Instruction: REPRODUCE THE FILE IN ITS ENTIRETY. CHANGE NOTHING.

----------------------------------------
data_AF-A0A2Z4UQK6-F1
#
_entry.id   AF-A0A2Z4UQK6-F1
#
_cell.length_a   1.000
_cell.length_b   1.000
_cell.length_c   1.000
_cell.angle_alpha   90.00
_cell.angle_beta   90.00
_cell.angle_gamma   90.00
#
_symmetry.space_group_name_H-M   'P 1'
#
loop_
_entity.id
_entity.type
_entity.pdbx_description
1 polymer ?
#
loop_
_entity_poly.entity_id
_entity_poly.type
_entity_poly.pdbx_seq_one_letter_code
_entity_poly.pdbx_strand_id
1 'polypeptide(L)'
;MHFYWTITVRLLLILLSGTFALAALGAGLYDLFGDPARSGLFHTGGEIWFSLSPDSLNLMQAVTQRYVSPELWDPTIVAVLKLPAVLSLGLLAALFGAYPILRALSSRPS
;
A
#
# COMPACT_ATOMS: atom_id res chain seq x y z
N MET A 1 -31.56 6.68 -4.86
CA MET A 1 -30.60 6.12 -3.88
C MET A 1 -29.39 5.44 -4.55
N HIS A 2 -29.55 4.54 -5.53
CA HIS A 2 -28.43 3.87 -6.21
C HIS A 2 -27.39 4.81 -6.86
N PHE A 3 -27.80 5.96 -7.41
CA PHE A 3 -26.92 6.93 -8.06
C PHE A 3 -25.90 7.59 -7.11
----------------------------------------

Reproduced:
data_AF-A0A2Z4UQK6-F1
#
_entry.id   AF-A0A2Z4UQK6-F1
#
_cell.length_a   1.000
_cell.length_b   1.000
_cell.length_c   1.000
_cell.angle_alpha   90.00
_cell.angle_beta   90.00
_cell.angle_gamma   90.00
#
_symmetry.space_group_name_H-M   'P 1'
#
loop_
_entity.id
_entity.type
_entity.pdbx_description
1 polymer ?
#
loop_
_entity_poly.entity_id
_entity_poly.type
_entity_poly.pdbx_seq_one_letter_code
_entity_poly.pdbx_strand_id
1 'polypeptide(L)'
;MHFYWTITVRLLLILLSGTFALAALGAGLYDLFGDPARSGLFHTGGEIWFSLSPDSLNLMQAVTQRYVSPELWDPTIVAVLKLPAVLSLGLLAALFGAYPILRALSSRPS
;
A
#
# COMPACT_ATOMS: atom_id res chain seq x y z
N MET A 1 -31.56 6.68 -4.86
CA MET A 1 -30.60 6.12 -3.88
C MET A 1 -29.39 5.44 -4.55
N HIS A 2 -29.55 4.54 -5.53
CA HIS A 2 -28.43 3.87 -6.21
C HIS A 2 -27.39 4.81 -6.86
N PHE A 3 -27.80 5.96 -7.41
CA PHE A 3 -26.92 6.93 -8.06
C PHE A 3 -25.90 7.59 -7.11